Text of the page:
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The New York Times reports that the city of Portland, Oregon, expressing concerns about Walmart's ethics and labor practices, "has begun divesting itself of all its holdings" in the giant retailer, making it the first municipality to do so. "When this policy was adopted, the city had five Walmart bonds totaling $36 million, which was 2.9 percent of its portfolio," the Times writes. "As of Thursday, its bonds total $27 million."

“We as a city talk a lot about our progressive values,” Commissioner Steve Novick tells the Times. “We care about working people, we care about the environment, we care about human health — and money talks. We don’t want our money to be saying things that are at cross purposes with values we profess every day."

According to the story, "On Thursday, the first of Portland’s Walmart bonds matured, reducing its holdings in the country’s largest retailer by 25 percent … In October, Portland’s City Council decided it would not buy more Walmart bonds after its existing holdings matured (state law prohibits the city from investing in stocks).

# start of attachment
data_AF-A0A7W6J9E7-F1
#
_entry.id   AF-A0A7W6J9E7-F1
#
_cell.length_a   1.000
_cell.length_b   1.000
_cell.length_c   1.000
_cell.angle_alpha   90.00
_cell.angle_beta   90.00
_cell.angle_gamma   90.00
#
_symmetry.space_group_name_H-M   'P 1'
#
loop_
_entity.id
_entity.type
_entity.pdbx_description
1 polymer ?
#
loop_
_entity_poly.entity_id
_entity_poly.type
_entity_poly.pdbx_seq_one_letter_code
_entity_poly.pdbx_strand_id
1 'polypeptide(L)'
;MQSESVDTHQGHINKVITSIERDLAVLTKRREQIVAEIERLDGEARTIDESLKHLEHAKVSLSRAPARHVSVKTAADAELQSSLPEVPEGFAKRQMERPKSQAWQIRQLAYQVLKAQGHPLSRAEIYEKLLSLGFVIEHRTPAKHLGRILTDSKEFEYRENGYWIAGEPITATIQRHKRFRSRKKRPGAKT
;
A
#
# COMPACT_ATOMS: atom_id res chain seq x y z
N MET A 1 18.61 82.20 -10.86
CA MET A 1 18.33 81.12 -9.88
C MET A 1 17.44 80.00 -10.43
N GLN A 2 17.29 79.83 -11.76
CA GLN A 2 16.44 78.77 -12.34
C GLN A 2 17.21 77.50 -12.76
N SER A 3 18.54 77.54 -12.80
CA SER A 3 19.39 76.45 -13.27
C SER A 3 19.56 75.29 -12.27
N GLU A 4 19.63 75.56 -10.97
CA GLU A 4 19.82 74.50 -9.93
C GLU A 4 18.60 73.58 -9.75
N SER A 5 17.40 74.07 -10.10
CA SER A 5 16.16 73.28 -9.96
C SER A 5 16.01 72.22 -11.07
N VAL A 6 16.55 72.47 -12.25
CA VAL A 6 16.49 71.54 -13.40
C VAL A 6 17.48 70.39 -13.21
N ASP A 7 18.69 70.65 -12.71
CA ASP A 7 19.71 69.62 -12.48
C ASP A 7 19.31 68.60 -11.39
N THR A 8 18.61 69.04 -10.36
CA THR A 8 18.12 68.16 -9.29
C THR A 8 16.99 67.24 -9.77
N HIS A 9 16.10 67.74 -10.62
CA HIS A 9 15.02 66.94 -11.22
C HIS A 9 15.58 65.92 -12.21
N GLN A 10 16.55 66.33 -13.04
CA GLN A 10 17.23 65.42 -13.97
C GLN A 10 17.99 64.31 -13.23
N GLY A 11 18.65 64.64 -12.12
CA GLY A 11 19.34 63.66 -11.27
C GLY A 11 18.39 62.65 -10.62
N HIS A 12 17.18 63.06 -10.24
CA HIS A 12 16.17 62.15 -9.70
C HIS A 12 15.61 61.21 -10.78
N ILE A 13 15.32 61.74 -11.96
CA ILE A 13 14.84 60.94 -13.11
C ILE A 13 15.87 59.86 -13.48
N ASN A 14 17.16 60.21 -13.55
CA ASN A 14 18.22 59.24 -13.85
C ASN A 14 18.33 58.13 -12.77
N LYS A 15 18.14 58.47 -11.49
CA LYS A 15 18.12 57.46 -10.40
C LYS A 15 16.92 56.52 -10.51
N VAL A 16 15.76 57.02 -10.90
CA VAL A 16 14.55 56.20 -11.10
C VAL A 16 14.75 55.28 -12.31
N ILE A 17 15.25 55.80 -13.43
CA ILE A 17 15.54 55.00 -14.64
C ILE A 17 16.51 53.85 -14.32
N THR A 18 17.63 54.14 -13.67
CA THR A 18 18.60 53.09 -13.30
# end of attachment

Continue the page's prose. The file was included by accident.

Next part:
"The city is devising a process to evaluate other companies in its investment portfolio. So far, only Walmart has made the hands-off list."

Walmart said it would not comment on the city's investment policies, but did note that Walmart currently employs 550 people in Portland and plans to hire another 600 for new supercenters there. Walmart also claims that its full-time employees in Portland make an average wage of $13.20 per hour.
KC's View:
Listen, the best reason to divest Walmart stock is that it has been underperforming, and there are a fair number of folks who don't have a lot of confidence in its near-term prospects.

I have no problem with this approach. I think one's investments should reflect not just one's financial priorities, but also - if one chooses - ethical and values concerns. That goes for individuals, and it goes for public institutions, which ought to reflect the values of its citizens. That seems to be what is happening here, and I approve.